For more than 30 years, Dr. Benz’s translational research efforts in oncology have focused on identifying molecular strategies to improve breast cancer diagnostics and therapeutics. Dr. Benz holds faculty appointments at both the Buck Institute and University of California, San Francisco, and has published over 250 peer-reviewed studies. He continues to serve on multiple national and international review and oversight committees, including the National Cancer Institute’s DTP/DCTD Biological Resources Branch Oversight Committee, the American Association of Cancer Research’s Task Force on Cancer and Aging, and the national steering committees for the NCI/NHGRI-funded The Cancer Genome Atlas (TCGA) and Genome Data Analysis Network (GDAN) programs. Dr. Benz provides weekly care for breast cancer patients at the UCSF Carol Franc Buck Breast Care Center, where he also remains active in the nationwide I-SPY2 clinical trial network and the statewide UC Athena program.
Dr. Benz has successfully invented and brought into worldwide phase-2 clinical trial (Hermione) a new and first-in-human cancer therapeutic, HER2-targeted immunoliposomes, currently licensed as MM-302 to Merrimack Pharmaceuticals in Cambridge, Massachusetts. For nearly a decade, he has also co-led with University of California, Santa Cruz, computer scientists the Buck Institute-UCSC Genome Data Analysis Center (GDAC), serving both the national TCGA and GDAN networks and resulting in groundbreaking Pan-Cancer Atlas publications that have earned worldwide notoriety and international acclaim by introducing a new molecular understanding and classification of human cancers that will drive more personalized and effective cancer therapies.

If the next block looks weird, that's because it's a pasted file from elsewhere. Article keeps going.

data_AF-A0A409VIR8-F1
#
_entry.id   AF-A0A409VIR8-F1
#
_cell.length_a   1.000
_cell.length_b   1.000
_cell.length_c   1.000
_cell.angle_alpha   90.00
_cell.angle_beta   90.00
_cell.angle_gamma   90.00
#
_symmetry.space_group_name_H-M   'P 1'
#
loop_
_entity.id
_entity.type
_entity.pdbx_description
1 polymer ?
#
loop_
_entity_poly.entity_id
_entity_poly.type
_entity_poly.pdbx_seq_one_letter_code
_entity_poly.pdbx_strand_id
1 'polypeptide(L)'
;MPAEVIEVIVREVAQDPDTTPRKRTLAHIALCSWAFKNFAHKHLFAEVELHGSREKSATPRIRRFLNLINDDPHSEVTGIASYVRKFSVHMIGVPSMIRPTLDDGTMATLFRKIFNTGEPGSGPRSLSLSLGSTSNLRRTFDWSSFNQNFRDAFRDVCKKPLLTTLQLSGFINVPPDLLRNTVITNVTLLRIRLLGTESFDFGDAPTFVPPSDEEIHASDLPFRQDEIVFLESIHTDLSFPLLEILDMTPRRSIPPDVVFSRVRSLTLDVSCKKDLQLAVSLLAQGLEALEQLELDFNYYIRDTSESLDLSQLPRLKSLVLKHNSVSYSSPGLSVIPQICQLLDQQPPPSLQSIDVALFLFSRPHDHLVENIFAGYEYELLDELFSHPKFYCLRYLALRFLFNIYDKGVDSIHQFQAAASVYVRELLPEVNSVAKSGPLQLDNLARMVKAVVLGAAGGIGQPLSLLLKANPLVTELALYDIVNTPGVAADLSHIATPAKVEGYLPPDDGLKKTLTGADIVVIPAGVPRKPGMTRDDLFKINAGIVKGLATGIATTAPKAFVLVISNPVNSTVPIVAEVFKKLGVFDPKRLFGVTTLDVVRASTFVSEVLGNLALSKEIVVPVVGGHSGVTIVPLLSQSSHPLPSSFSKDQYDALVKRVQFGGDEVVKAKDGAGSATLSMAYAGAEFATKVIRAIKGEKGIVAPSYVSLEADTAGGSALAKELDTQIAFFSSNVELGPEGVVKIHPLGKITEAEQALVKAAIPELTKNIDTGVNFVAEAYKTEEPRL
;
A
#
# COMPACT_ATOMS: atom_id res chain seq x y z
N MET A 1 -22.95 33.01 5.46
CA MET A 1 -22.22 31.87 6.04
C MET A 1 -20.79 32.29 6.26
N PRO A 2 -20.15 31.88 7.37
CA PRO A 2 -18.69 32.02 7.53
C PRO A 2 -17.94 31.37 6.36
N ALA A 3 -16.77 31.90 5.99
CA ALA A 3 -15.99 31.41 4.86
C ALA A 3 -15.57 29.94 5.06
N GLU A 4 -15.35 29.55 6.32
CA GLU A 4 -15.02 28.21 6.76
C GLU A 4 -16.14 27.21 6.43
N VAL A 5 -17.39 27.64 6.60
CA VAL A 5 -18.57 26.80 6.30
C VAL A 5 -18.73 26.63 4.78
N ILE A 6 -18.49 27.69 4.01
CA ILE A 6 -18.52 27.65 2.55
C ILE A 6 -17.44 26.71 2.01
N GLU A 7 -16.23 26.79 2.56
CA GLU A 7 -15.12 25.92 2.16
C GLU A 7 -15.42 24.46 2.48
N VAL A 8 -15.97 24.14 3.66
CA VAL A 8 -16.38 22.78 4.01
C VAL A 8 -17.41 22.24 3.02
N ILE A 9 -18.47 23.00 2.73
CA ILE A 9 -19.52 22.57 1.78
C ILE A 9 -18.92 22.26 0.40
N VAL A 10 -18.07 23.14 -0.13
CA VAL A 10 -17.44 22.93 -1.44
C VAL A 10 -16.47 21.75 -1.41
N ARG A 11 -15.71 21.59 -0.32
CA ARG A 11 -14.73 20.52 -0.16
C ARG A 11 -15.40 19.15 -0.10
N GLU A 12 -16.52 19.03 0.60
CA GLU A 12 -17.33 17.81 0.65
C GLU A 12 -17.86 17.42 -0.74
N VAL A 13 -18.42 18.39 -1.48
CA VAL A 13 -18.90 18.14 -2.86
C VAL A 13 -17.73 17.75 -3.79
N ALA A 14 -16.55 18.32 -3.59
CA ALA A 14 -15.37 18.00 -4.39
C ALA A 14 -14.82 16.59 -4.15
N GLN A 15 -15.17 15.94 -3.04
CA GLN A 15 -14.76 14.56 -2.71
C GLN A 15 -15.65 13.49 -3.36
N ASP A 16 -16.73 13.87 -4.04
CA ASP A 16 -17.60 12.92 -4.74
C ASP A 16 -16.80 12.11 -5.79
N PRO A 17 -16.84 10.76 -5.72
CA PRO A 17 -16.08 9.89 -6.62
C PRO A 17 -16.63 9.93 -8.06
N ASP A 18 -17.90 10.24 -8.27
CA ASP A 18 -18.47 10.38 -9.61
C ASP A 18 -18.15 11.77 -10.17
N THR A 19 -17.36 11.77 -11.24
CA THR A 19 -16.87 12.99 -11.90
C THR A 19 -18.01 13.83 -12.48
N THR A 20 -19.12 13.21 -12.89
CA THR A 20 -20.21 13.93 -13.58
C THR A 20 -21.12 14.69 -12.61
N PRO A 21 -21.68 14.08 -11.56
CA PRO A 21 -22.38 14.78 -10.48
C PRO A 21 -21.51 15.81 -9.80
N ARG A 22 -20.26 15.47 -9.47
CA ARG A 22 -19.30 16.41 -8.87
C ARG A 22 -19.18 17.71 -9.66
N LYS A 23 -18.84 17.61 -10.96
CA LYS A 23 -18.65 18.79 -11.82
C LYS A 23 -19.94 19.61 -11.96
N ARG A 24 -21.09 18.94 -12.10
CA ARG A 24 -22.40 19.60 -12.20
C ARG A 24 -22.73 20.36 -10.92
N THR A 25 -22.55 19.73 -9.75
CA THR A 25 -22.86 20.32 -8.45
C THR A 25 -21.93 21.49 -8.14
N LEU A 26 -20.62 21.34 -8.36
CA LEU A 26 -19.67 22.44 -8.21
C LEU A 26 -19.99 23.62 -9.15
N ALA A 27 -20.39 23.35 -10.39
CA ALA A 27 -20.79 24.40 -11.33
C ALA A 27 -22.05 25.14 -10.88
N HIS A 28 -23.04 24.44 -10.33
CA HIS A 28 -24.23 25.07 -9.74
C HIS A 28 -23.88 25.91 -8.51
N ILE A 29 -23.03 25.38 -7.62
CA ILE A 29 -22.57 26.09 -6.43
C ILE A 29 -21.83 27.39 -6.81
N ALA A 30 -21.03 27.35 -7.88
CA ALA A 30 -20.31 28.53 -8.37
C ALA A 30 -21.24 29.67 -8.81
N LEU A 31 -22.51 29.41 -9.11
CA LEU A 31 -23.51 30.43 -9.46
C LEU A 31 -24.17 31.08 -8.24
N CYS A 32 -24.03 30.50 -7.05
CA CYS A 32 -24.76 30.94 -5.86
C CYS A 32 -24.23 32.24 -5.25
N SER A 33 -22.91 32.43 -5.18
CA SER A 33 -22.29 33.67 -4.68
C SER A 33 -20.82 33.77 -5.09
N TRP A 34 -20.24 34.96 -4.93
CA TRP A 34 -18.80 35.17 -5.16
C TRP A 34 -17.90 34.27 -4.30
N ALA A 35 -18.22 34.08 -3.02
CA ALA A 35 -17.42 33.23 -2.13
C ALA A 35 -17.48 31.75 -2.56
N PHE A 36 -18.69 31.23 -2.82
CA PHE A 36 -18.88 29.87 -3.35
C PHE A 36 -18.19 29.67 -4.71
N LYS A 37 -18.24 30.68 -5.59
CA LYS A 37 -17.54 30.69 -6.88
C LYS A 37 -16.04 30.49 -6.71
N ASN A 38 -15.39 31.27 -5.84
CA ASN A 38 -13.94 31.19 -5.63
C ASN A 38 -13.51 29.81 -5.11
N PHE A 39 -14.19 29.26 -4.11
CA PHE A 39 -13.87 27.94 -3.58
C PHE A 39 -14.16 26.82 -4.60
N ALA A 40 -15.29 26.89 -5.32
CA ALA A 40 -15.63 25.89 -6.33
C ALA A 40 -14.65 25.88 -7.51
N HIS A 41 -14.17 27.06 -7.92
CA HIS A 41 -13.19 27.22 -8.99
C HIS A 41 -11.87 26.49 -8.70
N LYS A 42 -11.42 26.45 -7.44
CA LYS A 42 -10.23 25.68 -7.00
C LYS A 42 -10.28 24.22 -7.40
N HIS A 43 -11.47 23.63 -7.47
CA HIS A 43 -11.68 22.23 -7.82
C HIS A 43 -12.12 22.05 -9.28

- Hoadley, K. A., et al., including Benz, C. C. (2014 Aug 14). Multiplatform analysis of 12 cancer types reveals molecular classification within and across tissues of origin. Cell, 158, 929–944. DOI: 10.1016/j.cell.2014.06.049. PubMed PMID: 25109877.
- Hoadley, K. A., et al., including Benz, C. C. (2018 Apr 5). Cell-of-origin patterns dominate the molecular classification of 10,000 tumors from 33 types of cancer. Cell, 173, 291–304. DOI: 10.1016/j.cell.2018.03.022. PubMed PMID: 29625048.
- Scott, G. K., Chu, D., Kaur, R., Malato, J., Rothschild, D. E., Frazier, K., Eppenberger-Castori, S., Hann, B., Park, B. L., Benz, C. C. (2016 Oct 18). ERpS294 is a biomarker of ligand or mutational ER activation and a breast cancer target for CDK2 inhibition. Oncotarget. DOI: 10.18632/oncotarget.12735. PubMed PMID: 27765908.
- Prebil, L. A., Ereman, R. R., Powell, M. J., Kerlikowske, K., Shepherd, J. A., Hurlbert, M. S., Benz, C. C. (2014 Jul). First pregnancy events and future breast density: Modification by age at first pregnancy and specific VEGF and IGF1R gene variants. Cancer Causes and Control, 25, 859–868. DOI: 10.1007/s10552-014-0386-2. PubMed PMID: 24801045.
- Powell, M. J., Von Behren, J., Neuhausen, S., Reynolds, P., Benz, C. C. (2017 Oct). Functional IGF1R variant predicts breast cancer risk in women with preeclampsia in California Teachers Study. Cancer Causes and Control, 28, 1027–1032. DOI: 10.1007/s10552-017-0942-7. PubMed PMID: 28822014.